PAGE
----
Highly skilled people

Better educated than any OECD country. 70% of Ontario adults possess a post-secondary education – a rate higher than any OECD country.

A chart detailing Ontario’s educational obtainment compared to other regions
70% Higher education attainment
  • Ontario: 70%
  • Japan: 53%
  • United States: 48%
  • United Kingdom: 47%
  • Germany: 42%

Our universities and colleges provide a stream of high-quality talent. The University of Toronto ranks among the top 20 global universities and University of Waterloo graduates are the second most frequently hired by Silicon Valley companies.

An infographic detailing Ontario university rankings in various categories

Universities in the global ranking

3 top 100 QS World University Rankings

University of Toronto among top 20 global universities

University of Waterloo graduates are 2nd most frequently hired by Silicon Valley companies

A top producer of STEM graduates

We produce almost 55,000 STEM graduates annually.

graduation cap icon
Stem grads per year top 5 in North America

Access to talent through immigration

Our welcoming approach to immigration expands our talent pool further while producing different perspectives that enrich the culture of innovation.

Here, the federal and provincial governments work together to make it easier for businesses to attract the talent needed to succeed in the global marketplace.

calendar icon
Business Days
The Global Skills Strategy offers quick work permit processing for highly skilled talent.
I think that the Canadian government made a smart move to offer the new fast track visa program (Global Skills Strategy) Tech companies' hiring timelines work in six week – not six month intervals –because things move fast. We need to hire quickly in order to help meet our ambitious goals for growth, so speed is of the essence.

Kathryn Hume
VP of Product and Strategy

Competitive business costs

In Ontario, you’ll save on some of your biggest business costs, money you can use for further investments, innovation and growth.

The convergence of IT with traditional sectors, has drawn attention to Ontario’s talent advantage. Comparable high-quality talent found in top U.S. IT hubs is available here at a fraction of the cost, up to 24% less.

Competitive corporate tax rates (%) on manufacturing

Combined national/sub-national rates

  • Ohio: 21.0%
  • Ontario: 25.0%
  • Indiana: 25.3%
  • Michigan: 25.7%
  • New York: 26.1%
  • Wisconsin: 27.2%
  • Illinois: 28.3%
  • Minnesota: 28.7%
  • Pennsylvania: 28.9%

Globally competitive corporate taxes

  • U.S. Average: 25.8%
  • Combined Federal-Ontario: 26.5%
  • G7 Average: 27.2%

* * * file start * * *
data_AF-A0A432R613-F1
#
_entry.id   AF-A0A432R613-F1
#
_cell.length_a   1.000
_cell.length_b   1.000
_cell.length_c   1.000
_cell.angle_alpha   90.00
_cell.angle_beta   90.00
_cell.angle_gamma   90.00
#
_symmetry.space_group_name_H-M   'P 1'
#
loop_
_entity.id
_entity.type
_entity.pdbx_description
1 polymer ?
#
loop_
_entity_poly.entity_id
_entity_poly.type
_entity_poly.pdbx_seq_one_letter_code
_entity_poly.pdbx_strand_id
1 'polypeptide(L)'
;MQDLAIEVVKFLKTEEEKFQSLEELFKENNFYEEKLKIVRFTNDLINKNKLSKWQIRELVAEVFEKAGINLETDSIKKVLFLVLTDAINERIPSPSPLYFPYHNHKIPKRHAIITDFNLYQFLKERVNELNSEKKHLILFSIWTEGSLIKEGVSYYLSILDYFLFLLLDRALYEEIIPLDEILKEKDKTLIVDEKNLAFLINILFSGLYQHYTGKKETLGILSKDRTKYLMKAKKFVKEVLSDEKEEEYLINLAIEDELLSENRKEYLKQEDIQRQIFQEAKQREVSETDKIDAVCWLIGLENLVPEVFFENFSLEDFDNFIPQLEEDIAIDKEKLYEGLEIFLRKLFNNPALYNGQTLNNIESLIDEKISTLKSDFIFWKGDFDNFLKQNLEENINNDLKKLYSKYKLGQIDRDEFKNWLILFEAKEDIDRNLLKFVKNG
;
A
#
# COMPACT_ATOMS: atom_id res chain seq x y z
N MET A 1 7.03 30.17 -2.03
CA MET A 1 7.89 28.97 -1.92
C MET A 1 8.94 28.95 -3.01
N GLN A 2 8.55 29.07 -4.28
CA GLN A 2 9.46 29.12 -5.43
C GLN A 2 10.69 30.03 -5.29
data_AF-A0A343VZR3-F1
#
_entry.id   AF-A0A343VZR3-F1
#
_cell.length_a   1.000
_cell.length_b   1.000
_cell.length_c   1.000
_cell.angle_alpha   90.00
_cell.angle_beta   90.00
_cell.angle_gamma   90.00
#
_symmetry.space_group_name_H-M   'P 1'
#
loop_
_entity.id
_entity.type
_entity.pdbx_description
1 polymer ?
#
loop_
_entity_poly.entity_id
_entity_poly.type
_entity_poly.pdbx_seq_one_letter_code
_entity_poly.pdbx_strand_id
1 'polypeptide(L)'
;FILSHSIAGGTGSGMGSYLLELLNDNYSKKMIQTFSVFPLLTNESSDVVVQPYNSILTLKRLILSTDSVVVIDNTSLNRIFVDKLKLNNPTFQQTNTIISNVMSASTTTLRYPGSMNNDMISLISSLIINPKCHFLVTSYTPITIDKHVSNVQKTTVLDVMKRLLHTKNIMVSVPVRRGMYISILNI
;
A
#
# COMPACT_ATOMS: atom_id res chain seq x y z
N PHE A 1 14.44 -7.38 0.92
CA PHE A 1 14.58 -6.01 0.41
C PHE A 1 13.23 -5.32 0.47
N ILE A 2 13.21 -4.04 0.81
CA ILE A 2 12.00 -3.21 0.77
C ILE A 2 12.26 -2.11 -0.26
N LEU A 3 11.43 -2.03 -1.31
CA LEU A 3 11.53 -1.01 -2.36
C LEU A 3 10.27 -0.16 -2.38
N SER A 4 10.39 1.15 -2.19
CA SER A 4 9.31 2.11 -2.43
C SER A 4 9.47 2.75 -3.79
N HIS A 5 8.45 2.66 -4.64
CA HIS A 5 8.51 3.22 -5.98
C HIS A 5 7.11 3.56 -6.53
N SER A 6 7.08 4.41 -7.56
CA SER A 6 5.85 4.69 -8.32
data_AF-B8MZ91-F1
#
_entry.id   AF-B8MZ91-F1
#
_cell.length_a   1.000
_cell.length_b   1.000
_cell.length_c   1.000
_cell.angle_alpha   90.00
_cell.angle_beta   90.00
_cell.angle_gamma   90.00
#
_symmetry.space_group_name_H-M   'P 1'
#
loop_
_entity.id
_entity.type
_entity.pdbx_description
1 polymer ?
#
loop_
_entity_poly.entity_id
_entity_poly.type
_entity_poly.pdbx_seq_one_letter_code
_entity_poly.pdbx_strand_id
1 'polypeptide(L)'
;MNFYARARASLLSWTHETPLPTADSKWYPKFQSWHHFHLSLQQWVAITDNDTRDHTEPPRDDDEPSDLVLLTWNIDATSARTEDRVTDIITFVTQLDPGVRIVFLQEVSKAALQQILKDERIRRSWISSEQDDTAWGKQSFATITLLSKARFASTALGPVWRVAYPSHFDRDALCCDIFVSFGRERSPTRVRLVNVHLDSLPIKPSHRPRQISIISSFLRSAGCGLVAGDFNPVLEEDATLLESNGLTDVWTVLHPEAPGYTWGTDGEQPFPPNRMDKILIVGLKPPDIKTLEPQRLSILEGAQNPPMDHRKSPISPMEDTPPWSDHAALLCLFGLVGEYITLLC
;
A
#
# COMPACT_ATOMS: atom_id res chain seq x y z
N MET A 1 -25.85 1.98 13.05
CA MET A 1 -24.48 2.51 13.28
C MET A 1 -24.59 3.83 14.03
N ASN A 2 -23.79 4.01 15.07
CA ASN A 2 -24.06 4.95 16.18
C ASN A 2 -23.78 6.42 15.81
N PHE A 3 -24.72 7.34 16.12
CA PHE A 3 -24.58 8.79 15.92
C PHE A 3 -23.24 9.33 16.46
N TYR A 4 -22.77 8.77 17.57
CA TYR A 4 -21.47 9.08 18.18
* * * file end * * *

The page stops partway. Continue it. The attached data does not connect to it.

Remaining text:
• Combined Federal-Provincial Average*: 27.7%

*All provinces excluding Ontario

Comprehensive Electricity Plan

Ontario’s Comprehensive Electricity Plan addresses the high costs of electricity by saving medium-size and larger industrial and commercial employers between 15 and 17 per cent on average on their electricity bills. Rates are lower because the Province is paying for a portion of non-hydro renewable energy contract costs. This new policy will provide lower and more stable prices for Ontario’s electricity supply.

Business landscape

A stable and competitive business environment

A well-functioning society engenders trust and participation, demonstrates political stability, upholds the rule of law and enjoys positive relations with other regions. Companies that choose Ontario can have confidence in the province’s long term political and economic stability. Ontario is at the centre of one of the most stable and competitive business environments in the world. Strategically located in the heart of North America, Ontario offers companies access to more than 187-million consumers within a day’s drive of the Greater Toronto Area.

How we live

Tolerant. Inclusive. Connected

Ontario is what the future should look like. A livable space with the comforts and quality of life to attract talented people, especially the next generation of digital natives, looking for a home. We’re aware that digital technologies and machine learning are changing the way we live. We know they raise hard questions about the future of work, privacy and income equality.

Quality of life

To get great people, you need to offer them a great place to live. Successful companies want to operate in areas attractive to employees and their families.


Toronto made the Economist Intelligence Unit’s top-ten list in the world’s most livable cities

Ontario cities consistently rank among the best places to live and work in the world*

  • #3 Vancouver
  • #16 Toronto
  • #19 Ottawa
  • #21 Montreal
  • #32 Calgary
  • #34 San Francisco
  • #36 Boston
  • #37 Honolulu
  • #44 New York
  • #46 Seattle
  • #49 Chicago
A well-dressed man standing in a vineyard holding a tray with a bottle or red wine and two glasses

But we’re not afraid to try new approaches. We know that governments and firms must invest in training programs that help employees get the skills they need for an information economy. And our publicly funded higher education system gives us the latitude for collaboration between government, business and academia to re-tailor curriculums and priorities to meet changing economic needs.

Above all, people want places that work. Where we can get around on public transportation. Raise a family. Where no one is denied quality healthcare when they’re sick and a hospital visit isn’t accompanied by the threat of bankruptcy. A festival of entertainment and inspiration.

A place we can breathe.